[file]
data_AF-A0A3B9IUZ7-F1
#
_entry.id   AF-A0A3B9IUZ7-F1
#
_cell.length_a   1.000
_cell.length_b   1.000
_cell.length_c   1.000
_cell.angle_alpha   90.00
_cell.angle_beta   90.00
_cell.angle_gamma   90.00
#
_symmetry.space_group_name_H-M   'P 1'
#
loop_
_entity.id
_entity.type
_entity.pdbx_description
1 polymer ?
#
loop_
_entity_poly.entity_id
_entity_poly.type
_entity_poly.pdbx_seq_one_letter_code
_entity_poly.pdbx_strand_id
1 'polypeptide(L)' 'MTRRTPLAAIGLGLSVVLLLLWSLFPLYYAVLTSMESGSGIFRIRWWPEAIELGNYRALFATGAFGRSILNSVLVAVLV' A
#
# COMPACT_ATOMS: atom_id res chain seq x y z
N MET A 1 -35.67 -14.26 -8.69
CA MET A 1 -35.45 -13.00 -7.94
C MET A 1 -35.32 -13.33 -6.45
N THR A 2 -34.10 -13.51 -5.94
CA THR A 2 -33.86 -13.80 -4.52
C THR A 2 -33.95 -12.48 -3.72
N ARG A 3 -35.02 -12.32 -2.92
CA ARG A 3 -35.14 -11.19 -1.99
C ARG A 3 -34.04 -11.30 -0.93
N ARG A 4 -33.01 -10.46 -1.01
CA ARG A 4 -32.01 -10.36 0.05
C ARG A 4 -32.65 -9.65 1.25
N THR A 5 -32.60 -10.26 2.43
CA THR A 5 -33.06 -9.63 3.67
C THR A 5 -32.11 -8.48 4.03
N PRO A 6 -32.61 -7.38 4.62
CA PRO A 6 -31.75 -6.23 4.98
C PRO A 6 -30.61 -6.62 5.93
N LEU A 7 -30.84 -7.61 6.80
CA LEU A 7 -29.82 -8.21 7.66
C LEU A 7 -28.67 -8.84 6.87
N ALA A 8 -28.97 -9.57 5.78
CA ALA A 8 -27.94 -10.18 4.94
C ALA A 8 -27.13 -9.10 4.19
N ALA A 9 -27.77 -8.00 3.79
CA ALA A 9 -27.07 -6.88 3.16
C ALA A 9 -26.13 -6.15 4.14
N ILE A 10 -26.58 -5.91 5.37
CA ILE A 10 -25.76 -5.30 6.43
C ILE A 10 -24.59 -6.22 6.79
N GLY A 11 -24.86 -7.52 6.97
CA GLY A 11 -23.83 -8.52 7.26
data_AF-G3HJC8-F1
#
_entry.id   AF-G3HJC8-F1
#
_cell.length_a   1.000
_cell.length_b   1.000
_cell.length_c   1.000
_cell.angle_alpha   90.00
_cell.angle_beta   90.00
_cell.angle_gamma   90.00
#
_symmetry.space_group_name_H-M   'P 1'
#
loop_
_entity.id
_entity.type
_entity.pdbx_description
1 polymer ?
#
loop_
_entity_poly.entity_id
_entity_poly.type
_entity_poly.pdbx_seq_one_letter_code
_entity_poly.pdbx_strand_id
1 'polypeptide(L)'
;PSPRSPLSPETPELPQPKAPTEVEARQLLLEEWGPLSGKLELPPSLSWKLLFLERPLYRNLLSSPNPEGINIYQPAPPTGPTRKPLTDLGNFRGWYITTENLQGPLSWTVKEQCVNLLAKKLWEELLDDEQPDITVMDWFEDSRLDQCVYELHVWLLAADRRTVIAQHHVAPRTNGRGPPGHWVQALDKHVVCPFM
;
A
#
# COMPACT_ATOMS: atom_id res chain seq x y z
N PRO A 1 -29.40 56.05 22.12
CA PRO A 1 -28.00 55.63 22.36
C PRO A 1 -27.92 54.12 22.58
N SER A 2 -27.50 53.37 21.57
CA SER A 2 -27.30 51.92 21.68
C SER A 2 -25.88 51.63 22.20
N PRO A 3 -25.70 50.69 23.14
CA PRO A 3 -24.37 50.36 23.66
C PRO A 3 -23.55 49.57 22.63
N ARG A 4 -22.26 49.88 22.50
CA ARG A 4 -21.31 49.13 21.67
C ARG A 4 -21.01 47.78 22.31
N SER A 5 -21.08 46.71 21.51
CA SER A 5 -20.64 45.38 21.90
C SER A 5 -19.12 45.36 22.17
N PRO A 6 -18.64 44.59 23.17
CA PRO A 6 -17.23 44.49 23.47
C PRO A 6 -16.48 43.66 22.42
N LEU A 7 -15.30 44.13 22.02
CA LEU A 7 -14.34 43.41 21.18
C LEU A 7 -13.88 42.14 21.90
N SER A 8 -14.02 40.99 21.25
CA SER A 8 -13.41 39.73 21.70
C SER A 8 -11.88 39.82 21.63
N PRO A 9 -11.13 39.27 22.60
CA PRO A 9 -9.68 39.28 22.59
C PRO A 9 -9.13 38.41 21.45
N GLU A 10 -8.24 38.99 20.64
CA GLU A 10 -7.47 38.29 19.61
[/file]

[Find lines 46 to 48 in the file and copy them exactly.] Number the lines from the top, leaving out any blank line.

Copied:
N LEU A 7 -30.84 -7.61 6.80
CA LEU A 7 -29.82 -8.21 7.66
C LEU A 7 -28.67 -8.84 6.87